Quotations About / On:
No one is born hating another person because of the color of his skin, or his background, or his religion. People must learn to hate, and if they can learn to hate, they can be taught to love, for love comes more naturally to the human heart than its opposite.
The principal difference between love and hate is that love is a irradiation, and hate is a concentration. Love makes everything lovely; hate concentrates itself on the object of its hatred.
(Sydney J. Harris (b. 1917), British-born U.S. journalist, reviewer. "Love and Its Loveless Counterfeits," Strictly Personal, Regnery (1953).)
Always remember, others may hate you. Those who hate you don't win unless you hate them. And then you destroy yourself.
(Richard M. Nixon (1913-1992), U.S. Republican politician, president. speech, Aug. 9, 1974.
To members of his administration, on leaving office.)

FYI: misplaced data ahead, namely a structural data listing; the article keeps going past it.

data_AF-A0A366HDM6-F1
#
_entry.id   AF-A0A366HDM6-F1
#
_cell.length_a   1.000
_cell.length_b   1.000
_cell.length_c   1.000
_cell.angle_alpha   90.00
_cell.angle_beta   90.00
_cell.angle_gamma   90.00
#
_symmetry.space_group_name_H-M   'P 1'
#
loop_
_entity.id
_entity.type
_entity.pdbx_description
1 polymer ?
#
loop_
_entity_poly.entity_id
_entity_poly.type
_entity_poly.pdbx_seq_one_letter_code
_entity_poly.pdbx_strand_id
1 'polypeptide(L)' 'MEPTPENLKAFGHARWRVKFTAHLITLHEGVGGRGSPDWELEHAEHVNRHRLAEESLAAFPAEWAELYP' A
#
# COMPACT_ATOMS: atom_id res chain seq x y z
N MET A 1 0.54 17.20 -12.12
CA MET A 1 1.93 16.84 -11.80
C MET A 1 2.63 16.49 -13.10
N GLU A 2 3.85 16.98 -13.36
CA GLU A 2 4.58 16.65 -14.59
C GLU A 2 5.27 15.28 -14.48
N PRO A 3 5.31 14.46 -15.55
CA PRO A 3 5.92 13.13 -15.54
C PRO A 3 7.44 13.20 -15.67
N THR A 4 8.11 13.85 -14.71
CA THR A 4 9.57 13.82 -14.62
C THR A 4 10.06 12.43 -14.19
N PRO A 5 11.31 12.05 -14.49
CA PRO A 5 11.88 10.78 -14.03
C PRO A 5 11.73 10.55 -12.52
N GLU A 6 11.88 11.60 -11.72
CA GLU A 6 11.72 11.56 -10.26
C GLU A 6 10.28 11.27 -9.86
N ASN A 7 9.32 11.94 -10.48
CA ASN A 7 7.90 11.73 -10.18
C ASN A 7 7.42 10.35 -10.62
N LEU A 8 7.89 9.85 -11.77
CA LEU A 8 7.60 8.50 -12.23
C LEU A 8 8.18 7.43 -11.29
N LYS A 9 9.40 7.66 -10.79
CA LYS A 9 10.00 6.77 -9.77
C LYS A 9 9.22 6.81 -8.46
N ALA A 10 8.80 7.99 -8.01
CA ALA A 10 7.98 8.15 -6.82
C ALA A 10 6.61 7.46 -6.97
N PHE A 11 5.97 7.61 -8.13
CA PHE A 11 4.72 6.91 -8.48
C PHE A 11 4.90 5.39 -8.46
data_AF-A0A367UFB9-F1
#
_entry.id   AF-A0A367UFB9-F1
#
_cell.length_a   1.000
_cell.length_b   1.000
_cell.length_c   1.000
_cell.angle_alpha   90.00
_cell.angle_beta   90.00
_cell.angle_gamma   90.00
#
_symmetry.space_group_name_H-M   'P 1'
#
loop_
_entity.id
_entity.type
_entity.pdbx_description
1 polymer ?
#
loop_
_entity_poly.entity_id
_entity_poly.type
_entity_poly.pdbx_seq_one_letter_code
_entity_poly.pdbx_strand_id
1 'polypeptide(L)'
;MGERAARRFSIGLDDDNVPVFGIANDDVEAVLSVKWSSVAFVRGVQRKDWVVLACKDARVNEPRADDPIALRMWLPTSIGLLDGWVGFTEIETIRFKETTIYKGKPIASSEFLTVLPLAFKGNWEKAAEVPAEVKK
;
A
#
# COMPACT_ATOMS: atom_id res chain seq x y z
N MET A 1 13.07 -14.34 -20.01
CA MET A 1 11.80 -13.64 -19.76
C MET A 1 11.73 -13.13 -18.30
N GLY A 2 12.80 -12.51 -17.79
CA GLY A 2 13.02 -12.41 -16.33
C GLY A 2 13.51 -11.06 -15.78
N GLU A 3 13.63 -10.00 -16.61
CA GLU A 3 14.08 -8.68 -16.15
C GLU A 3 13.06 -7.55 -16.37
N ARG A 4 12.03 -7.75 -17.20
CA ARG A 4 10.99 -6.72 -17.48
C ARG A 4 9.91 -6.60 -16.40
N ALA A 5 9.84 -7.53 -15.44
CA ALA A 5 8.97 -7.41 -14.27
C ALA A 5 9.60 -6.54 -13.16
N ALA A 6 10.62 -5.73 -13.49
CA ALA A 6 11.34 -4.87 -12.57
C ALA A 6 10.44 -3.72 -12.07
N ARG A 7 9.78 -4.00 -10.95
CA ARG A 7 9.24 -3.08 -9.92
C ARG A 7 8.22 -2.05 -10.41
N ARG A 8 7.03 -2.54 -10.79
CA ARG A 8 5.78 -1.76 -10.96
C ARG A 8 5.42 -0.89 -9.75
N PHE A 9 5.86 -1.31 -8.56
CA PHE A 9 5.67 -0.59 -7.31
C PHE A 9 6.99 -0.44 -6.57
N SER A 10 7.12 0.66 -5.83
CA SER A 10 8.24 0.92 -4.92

I have three phobias which, could I mute them, would make my life as slick as a sonnet, but as dull as ditch water: I hate to go to bed, I hate to get up, and I hate to be alone.
(Tallulah Bankhead (1903-1968), U.S. screen actor. Tallulah, ch. 1 (1952).)
I have loved him too much not to hate him!
(Jean Racine (1639-1699), French playwright. Hermione, in Andromache, act 2, sc. 1 (1667).)
When our hatred is too fierce, it places us beneath those we hate.
(François, Duc De La Rochefoucauld (1613-1680), French writer, moralist. repr. F.A. Stokes Co., New York (c. 1930). Moral Maxims and Reflections, no. 338 (1665-1678), trans. London (1706).)
I hate admitting that my enemies have a point.
(Salman Rushdie (b. 1948), Indian-born-British author. Hamza, in "Mahound," The Satanic Verses (1988).)
Whom we fear more than love, we are not far from hating.
(Samuel Richardson (1689-1761), British novelist. Third edition, London (1751). Clarissa, in Clarissa, vol. 1, p. 20, AMS Press (1990).)
Women have very little idea of how much men hate them.
(Germaine Greer (b. 1939), Australian feminist writer. The Female Eunuch, "Loathing and Disgust," (1970).)
Cats are inquisitive, but hate to admit it.
(Mason Cooley (b. 1927), U.S. aphorist. City Aphorisms, Fifth Selection, New York (1988).)